Megan Calvert (MA TESOL 2009) tells us about her journey through the TESOL field before, during and after her time at AU.
What led to your decision to study TESOL/Applied Linguistics at the graduate level?
I had always loved language, but I had never thought I wanted to be a teacher. For a long time, I kept asking myself, what can I do that lets me combine my love of language with my desire to help people? How can I have a career in which I give direct service to others in a way that involves cross-cultural bridge building? At the time, I was a Peace Corps volunteer in Kyrgyzstan, teaching in a rural village school. I had a lot of free time on my hands and would spend hours planning my lessons, getting creative, and building materials. I had that feeling of flow every time. And eventually it clicked for me that teaching actually was the right career path for me because it was exactly what I was looking for. I think it was so hard for me to realize partly because teaching had never really felt like work for me, and kept thinking I'd figure out my "real" job eventually. I applied to grad school while I was still in Kyrgyzstan and luckily discovered the reverse Master's International program for returned Peace Corps volunteers that AU had at the time.
What work have you been doing in the field of English language education?
I had actually taught for several years before I started at AU. In addition to teaching for two years with the Peace Corps, I had spent a year as a language assistant in Nantes, France, and a year teaching financial education to refugees at the International Rescue Committee in Baltimore. After I graduated from AU, I worked at the refugee center at Montgomery College before heading off to serve for 2 years as an English Language Fellow in Turkey. Since I came back in 2013, I have been working full-time at Montgomery College doing MI-BEST (Maryland Integrated Basic Education and Skills Training) classes. It's a teaching model that came out of the community colleges in Washington state and essentially combines basic skills/ESOL instruction with content teaching. In our program, we have 100% overlap, so I'm with the content teachers for every moment of their classes. I help to structure the class in a learner-friendly way and support the students and instructors. So far, I've taught nursing assistant classes and now computer repair classes. It gives me a lot of opportunity to do curriculum design work and I love that I get to learn new things from the content teachers and materials every day. I've also done a fair amount of teacher training on the side through places like Northern Virginia Community College, Washington English Center, MCAEL, English Language Training Solutions (the folks that created the Color Vowel Chart), and the State Department. I spent a couple of weeks last summer in Bahrain as an English Language Specialist and a couple of weeks doing similar training in Kuwait the year before that.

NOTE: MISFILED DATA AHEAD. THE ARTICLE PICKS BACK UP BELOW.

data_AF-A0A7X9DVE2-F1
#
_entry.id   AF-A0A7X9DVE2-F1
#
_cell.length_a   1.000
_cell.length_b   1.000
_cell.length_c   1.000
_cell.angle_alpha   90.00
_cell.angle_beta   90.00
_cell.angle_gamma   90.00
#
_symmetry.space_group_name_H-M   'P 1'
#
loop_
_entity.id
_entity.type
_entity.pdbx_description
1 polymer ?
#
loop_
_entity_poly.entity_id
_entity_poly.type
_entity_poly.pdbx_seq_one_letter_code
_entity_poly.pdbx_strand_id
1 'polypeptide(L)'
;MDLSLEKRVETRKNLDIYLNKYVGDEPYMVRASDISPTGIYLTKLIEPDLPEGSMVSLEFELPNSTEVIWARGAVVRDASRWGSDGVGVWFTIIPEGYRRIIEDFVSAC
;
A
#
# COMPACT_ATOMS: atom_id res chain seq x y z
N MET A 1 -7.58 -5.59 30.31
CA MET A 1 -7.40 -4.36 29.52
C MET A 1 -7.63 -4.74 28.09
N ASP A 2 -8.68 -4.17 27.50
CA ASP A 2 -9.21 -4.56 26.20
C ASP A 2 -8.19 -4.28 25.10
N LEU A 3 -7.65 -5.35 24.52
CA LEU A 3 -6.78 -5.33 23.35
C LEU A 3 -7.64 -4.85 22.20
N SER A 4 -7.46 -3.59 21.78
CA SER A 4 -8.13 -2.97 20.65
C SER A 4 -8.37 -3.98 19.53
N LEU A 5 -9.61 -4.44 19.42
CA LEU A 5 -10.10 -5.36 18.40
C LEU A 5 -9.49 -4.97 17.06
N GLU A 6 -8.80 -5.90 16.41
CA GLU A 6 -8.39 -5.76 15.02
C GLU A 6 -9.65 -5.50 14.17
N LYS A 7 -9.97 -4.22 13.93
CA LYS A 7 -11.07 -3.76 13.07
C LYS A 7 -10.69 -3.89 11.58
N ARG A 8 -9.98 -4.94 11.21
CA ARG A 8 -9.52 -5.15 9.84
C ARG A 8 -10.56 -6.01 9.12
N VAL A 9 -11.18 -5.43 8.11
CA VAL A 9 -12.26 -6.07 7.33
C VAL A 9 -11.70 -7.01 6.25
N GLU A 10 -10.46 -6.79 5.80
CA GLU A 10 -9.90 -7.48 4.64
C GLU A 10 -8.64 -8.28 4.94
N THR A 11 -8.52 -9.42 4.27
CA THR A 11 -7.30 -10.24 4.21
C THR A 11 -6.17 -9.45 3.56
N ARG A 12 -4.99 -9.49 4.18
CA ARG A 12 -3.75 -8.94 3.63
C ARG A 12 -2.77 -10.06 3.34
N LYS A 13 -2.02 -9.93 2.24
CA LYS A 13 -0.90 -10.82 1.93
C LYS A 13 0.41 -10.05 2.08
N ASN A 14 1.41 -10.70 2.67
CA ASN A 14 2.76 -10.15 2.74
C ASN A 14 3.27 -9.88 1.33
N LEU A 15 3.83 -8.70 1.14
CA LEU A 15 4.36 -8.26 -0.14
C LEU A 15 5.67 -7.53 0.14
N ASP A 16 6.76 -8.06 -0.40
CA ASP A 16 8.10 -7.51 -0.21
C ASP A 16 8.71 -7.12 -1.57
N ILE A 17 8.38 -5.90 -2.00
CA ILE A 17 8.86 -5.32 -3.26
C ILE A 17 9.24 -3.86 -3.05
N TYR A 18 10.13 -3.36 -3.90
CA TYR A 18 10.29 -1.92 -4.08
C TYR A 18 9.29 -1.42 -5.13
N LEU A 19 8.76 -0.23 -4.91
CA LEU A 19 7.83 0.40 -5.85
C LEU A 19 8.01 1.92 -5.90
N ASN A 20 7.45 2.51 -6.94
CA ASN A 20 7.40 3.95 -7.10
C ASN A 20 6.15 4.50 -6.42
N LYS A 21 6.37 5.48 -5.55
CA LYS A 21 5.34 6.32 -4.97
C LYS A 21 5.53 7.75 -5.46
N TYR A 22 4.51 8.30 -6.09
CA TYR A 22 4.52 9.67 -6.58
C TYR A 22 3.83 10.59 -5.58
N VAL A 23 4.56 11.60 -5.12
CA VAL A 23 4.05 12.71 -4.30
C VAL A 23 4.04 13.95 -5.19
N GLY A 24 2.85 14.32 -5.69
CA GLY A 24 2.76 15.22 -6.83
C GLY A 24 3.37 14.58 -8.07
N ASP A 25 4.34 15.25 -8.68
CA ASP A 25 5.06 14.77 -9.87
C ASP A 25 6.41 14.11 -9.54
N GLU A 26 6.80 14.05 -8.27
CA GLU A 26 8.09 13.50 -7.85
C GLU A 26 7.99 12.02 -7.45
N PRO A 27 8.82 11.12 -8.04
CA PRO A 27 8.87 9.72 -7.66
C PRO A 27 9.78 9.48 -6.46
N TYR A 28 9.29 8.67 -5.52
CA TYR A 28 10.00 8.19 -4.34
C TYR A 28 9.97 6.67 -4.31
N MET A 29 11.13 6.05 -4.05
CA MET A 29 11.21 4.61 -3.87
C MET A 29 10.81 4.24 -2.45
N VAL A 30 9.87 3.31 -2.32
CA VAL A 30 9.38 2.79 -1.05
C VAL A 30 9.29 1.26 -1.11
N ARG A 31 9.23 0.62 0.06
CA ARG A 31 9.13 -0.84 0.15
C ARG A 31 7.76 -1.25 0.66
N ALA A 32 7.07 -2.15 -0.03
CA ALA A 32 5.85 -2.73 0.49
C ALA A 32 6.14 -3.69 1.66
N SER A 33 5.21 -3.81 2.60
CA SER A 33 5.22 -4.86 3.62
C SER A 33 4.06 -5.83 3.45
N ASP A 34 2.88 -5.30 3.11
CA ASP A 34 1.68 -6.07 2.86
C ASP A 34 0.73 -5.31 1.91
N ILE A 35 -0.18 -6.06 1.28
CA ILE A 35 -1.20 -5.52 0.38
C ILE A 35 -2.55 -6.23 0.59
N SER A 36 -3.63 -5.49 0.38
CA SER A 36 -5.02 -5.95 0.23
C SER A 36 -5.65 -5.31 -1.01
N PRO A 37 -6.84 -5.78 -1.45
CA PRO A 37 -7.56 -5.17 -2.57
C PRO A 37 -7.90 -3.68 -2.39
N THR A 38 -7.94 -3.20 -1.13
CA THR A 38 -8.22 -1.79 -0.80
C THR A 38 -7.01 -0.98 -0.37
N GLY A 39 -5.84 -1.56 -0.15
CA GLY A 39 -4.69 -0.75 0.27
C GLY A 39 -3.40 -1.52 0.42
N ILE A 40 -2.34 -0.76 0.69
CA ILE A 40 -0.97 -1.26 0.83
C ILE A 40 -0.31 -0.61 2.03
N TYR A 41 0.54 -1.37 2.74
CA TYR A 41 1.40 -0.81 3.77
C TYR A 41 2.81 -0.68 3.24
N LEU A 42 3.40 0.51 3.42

What was your time at AU like as a graduate student? What’s your favorite memory from your time here?